What It’s Like to Be Smeared by the Southern Poverty Law Center

What It’s Like to Be Smeared by the Southern Poverty Law Center

“I paid a professional price when the group attacked me in 2009. Now I wear its mud as a badge of honor.”

By Carol M. Swain

Richard Cohen, president of the Southern Poverty Law Center, was to have testified before the House Homeland Security Committee about threats posed by domestic extremist groups. The hearing, scheduled for Tuesday, has been postponed because of Hurricane Irma. As a black conservative who has been smeared by the SPLC, I recommend against reinviting Mr. Cohen.

When Morris Dees and Jospeh Levin Jr. started the SPLC in 1971, it was needed and it had noble goals. In recent years, however, it has become a tool of the radical left. Domestically, it uses its influence to paint with a broad brush that smears immigration restrictionists, orthodox Christian churches and pro-family organizations as “hate groups.

What landed me in the SPLC’s crosshairs was a Sept. 10, 2009, Huffington Post blog entry titled “Mission Creep and the Southern Poverty Law Center’s Misguided Focus.” I pointed out the SPLC’s silence about video footage released after the 2008 elections showing members of the New Black Panther Party, decked out in full paramilitary regalia, patrolling a polling precinct in Philadelphia where they were clearly intimidating white voters.

Although several news organizations covered the story, the SPLC ignored the incident. At the time, the law center was spending an inordinate amount of time attacking then-CNN host Lou Dobbs for his relentless focus on illegal immigration. It demanded that CNN fire the anchor. After CNN and Mr. Dobbs parted ways, the SPLC took credit for getting him off the air. I ended my post with a one-liner that raised the ire of the organization and had a devastating effect on my life. I wrote: “Rather than monitoring hate groups, the Southern Poverty Law Center has become one.”

The SPLC’s retaliation was vicious and effective. On Oct. 17, 2009, my photo appeared on the front page of my local newspaper, the Tennessean, with the headline “Carol Swain is an apologist for white supremacists.” That was a quote from Mark Potok, at the time the SPLC’s national spokesman. The context for Mr. Potok’s attack was a review I gave for a film titled “A Conversation About Race.” I endorsed it for classroom use because it offered a perspective on race rarely encountered on university campuses. Mr. Potok argued that the filmmaker was a bigot. I felt then and now that the perspective needed to be heard.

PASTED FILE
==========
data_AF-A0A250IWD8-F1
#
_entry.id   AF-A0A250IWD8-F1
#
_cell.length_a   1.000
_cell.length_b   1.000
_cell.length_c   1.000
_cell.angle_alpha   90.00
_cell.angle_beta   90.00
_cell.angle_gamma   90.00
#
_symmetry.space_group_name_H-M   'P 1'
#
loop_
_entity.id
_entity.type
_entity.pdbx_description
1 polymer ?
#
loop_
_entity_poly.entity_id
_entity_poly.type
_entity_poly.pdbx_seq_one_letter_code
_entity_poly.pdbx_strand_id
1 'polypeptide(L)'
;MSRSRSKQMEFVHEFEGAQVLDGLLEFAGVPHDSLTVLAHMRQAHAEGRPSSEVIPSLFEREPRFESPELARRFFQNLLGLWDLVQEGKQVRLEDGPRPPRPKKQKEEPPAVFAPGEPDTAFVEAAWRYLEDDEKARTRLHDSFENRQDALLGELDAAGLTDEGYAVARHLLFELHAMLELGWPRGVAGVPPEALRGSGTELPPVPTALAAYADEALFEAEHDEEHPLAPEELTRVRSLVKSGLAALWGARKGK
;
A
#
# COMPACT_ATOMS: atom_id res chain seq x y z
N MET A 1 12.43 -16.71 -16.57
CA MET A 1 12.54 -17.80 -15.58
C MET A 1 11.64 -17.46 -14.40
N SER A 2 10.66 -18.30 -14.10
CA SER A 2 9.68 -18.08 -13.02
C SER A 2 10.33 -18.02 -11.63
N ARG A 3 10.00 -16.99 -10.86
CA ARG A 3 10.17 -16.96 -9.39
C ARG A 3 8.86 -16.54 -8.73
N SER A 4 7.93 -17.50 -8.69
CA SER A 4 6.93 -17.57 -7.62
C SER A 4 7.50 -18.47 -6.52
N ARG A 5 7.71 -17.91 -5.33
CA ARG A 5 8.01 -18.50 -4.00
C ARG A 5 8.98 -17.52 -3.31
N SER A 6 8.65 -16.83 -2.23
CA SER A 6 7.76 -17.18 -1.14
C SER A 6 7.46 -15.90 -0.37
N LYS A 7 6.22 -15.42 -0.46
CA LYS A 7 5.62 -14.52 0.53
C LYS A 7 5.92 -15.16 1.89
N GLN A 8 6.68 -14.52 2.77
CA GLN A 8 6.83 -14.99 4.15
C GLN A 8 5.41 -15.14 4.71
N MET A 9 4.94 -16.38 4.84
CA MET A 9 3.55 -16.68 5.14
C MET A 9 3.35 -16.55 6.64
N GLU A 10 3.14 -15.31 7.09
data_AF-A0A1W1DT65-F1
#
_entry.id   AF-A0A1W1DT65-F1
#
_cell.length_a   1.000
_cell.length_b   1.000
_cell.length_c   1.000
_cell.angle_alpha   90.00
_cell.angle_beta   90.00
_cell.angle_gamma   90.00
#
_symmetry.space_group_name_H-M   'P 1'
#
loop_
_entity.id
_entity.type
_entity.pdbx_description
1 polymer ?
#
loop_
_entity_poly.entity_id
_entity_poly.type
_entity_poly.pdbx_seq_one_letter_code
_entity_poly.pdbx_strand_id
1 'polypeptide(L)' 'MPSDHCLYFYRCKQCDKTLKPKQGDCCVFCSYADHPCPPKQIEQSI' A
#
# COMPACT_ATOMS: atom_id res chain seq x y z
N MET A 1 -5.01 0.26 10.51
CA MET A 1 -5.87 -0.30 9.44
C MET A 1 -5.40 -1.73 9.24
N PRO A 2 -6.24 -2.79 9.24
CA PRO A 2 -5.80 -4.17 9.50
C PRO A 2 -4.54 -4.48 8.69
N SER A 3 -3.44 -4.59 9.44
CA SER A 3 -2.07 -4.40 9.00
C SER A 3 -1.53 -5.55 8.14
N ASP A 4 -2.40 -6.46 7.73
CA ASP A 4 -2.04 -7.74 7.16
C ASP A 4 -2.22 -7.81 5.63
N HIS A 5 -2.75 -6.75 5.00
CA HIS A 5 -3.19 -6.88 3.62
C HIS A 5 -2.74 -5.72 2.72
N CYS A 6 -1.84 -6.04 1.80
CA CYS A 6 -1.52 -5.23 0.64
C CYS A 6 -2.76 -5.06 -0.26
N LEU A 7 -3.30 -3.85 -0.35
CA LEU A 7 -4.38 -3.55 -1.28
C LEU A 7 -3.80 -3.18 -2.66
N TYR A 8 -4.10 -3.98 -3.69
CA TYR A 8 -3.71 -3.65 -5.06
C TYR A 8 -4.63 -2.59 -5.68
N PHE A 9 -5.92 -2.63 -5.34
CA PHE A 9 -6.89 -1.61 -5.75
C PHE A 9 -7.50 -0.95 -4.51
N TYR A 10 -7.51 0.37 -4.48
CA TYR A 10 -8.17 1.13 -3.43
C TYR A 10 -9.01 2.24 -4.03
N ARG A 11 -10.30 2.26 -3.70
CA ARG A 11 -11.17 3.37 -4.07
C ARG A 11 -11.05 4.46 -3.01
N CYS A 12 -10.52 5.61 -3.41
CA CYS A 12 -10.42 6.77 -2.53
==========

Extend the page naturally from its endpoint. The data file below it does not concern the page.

This negative article was featured on the front pages of several newspapers and it went viral, especially in black media outlets. The attacks did not subside until this newspaper’s website published a lengthy article titled “In Defense of Carol Swain.”

Being targeted by the SPLC has had a lasting impact on my life and career. Offers from other universities ended and speaking opportunities declined. Once you’ve been smeared in this way, mainstream news outlets are less likely to cite you as an expert of any kind.

Yet today I wear the SPLC’s mud as a badge of honor because I know I am in the company of many good men and women who have been similarly vilified for standing for righteousness and truth. Other SPLC targets have included Ben Carson (who eventually received an apology and retraction), Somali refugee Ayaan Hirsi Ali, terrorism expert Steve Emerson, political scientist Guenter Lewy (who successfully sued the SPLC), attorney Robert Muise, Frank Gaffney of the Center for Security Policy, and Princeton professor Robert P. George. The SPLC has tagged Mr. George, a devout Catholic intellectual, as “anti-LGBT.”

Whatever label the SPLC assigns, such smears are harmful and designed to destroy the individual’s credibility and ability to have influence in the public square.

Some of those vilified by the SPLC have been subjected to even worse treatment. The Family Research Council and House Majority Whip Steve Scalise have been violently attacked by individuals inspired by the propaganda the SPLC regularly dishes out—which is often accepted without criticism and passed on by media, law-enforcement agencies and universities.

The SPLC should not be dignified with invitations to provide congressional testimony about domestic extremism as long as it continues to advance a transparently partisan agenda—one Mr. Potok has publicly acknowledged is designed to “destroy” groups it opposes.

Ms. Swain, a former professor of political science and law at Vanderbilt University, is author of “The New White Nationalism in America: Its Challenge to Integration”.

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By | 2017-09-12T20:36:53+00:00 September 12th, 2017|Articles, News, Nonprofit, Politics|

About the Author:

Carol Miller Swain is an American political scientist, former professor of political science and law at Vanderbilt University, and former television host. She is the author or editor of six books. Just released “The New White Nationalism in America: Its Challenge to Integration